Get your flu shot at your doctor's office or the pharmacy.
Frequently Asked Questions about the Flu Shot
Why should I get a flu shot?
The flu can be a serious condition that can lead to hospitalization and even death. Even healthy people can get the flu and spread it to others. And because the flu strain is different each year, you need to have that flu season's vaccine.
The flu vaccine has also been shown to reduce the number of hospitalizations from flu-related complications in people with chronic conditions, like diabetes and chronic obstructive pulmonary disease (or COPD).
For people with heart disease, the flu vaccine has been shown to reduce flu-related cardiac events that may result in damage to the heart.
Finally, when you get the flu shot, you’re not only protecting yourself from the flu, you’re preventing the flu from being passed onto others, especially those who are at higher risk for the flu, like young children and seniors.
When should I get my flu shot?
The flu season typically starts as early as September and can last as late as March.
Flu shots begin being offered in late summer. Because it can take several weeks for the vaccine to begin working, we recommend getting the shot as early as possible.
Do I need to wait between getting the COVID-19 vaccine and the flu vaccine?
According to the most recent guidance from the CDC, flu vaccines and COVID-19 vaccines can be given at the same time.
I’ve heard the flu shot isn’t always effective. Should I still get one?
According to the Centers for Disease Control and Prevention (CDC), the flu shot is estimated to be 40 percent to 60 percent effective every year.
While it’s true that getting the vaccine isn’t a guarantee you won’t get sick, it can still protect you. And even if you get the flu, it can make the symptoms less severe and help you avoid serious complications.
Health officials strongly recommend getting the flu shot every year. We hope you’ll take advantage of your SCAN coverage and get your shot this flu season.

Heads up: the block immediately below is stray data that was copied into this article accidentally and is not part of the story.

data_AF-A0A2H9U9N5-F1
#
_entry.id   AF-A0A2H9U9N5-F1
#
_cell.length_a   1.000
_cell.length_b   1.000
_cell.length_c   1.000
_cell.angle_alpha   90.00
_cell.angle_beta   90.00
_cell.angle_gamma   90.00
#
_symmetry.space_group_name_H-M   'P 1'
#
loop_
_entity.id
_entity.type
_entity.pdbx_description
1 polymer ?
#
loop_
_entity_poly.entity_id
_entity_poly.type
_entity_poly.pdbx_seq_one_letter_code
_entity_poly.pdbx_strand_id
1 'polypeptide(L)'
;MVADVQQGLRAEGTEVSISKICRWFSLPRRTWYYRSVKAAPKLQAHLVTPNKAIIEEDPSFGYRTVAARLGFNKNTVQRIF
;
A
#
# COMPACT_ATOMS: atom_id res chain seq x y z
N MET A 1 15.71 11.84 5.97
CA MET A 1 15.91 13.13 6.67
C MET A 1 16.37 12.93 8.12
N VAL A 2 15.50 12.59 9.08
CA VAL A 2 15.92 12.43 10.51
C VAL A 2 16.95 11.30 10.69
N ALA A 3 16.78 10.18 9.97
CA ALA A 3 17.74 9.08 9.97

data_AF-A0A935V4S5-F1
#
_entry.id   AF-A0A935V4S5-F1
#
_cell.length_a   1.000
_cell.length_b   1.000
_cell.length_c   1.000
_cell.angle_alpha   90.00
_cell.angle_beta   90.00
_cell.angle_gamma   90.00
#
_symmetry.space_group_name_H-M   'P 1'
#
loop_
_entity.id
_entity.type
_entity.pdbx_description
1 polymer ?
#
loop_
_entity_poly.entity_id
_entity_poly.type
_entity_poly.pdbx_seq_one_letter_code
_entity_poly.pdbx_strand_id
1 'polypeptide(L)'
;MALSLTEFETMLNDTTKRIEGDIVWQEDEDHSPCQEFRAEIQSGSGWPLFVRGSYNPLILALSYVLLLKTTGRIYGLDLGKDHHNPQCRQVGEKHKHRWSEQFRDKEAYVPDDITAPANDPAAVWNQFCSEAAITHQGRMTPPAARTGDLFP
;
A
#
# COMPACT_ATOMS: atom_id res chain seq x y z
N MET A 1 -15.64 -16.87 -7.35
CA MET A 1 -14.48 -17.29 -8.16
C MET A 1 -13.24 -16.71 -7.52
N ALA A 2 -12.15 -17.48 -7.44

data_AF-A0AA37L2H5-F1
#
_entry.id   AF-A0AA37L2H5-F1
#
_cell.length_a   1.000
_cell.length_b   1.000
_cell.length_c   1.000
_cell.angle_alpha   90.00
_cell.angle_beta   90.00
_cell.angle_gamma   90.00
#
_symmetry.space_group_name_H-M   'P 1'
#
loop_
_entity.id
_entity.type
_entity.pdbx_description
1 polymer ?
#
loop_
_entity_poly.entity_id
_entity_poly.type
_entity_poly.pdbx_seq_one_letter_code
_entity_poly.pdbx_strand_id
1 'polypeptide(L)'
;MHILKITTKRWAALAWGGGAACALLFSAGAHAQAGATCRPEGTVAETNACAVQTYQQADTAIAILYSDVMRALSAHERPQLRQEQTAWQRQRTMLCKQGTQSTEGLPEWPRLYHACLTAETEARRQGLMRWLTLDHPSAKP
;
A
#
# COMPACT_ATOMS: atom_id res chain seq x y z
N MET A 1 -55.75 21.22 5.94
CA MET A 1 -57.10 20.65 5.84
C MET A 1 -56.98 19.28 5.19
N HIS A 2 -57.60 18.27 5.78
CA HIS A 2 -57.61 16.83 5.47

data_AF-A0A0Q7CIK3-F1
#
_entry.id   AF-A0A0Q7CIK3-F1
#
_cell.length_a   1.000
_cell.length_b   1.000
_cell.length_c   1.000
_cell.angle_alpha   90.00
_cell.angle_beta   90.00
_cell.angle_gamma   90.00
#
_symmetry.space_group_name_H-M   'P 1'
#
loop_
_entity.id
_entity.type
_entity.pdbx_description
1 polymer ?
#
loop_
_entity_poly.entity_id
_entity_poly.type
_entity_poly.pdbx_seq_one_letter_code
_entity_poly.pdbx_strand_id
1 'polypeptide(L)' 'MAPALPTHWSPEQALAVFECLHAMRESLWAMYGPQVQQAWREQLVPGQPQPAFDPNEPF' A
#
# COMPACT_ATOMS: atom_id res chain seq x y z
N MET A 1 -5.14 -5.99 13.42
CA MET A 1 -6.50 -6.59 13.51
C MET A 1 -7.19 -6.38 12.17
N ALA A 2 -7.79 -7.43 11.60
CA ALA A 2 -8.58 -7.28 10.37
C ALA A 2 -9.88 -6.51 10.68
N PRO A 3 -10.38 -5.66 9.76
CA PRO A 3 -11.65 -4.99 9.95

How much does the flu shot cost?
There’s no cost to you at either your doctor’s office or pharmacy. Remember, though, that you might be charged a copayment if you get your flu shot at your doctor’s office while you’re seeing him or her for something else.
Is the flu shot available at all pharmacies?
The flu shot is available at most pharmacies within the SCAN network, but it’s a good idea to give your pharmacy a call just in case to see if they’re offering the shot and when you can come in to get it.
Some pharmacies may have an on-site clinic that offers flu vaccines. Be sure to get your vaccine from the pharmacist at the pharmacy counter and show them your SCAN member ID card. No prescription needed.
How do I know which pharmacies are offering the flu shot?
Most pharmacies in the SCAN network are offering the flu shot, including:
- Ralphs Pharmacy
- Rite Aid
- Safeway Pharmacy
- Sav-On Pharmacy
- Vons Pharmacy
- Select independent pharmacies
If you’d like to know for sure if a particular pharmacy is giving flu shots, give them a call or call SCAN Member Services at 1-800-559-3500 (TTY Users: 711).
Do I have to get my flu shot at the pharmacy?
No, you can get your shot at your doctor’s office. The pharmacy is just another option for you.
Does the flu shot have side effects?
You may experience mild side effects, like soreness in the arm where you had the shot or a mild headache. These side effects usually go away in a day or two.
Can the flu vaccine give me the flu?
No, flu vaccines cannot give you the flu. While low-grade fever, headache and muscle aches may occur, these are side effects of the shot and not symptoms of the flu.
Are there some people who should not receive the flu vaccine?
People with life-threatening allergies to the flu vaccine or any of its ingredients should not get the flu shot. Likewise, anyone with a severe egg allergy or who’s ever been diagnosed with Guillain-Barre Syndrome should talk to their doctor before getting the shot.
Where can I learn more about the flu?
The CDC’s flu website has a lot of useful information about flu prevention, symptoms and diagnosis, treatment and more.
To learn more about the myths and facts about the flu shot, visit the CDC’s Misconceptions about Seasonal Flu and Flu Vaccines website.
Watch the video and learn more!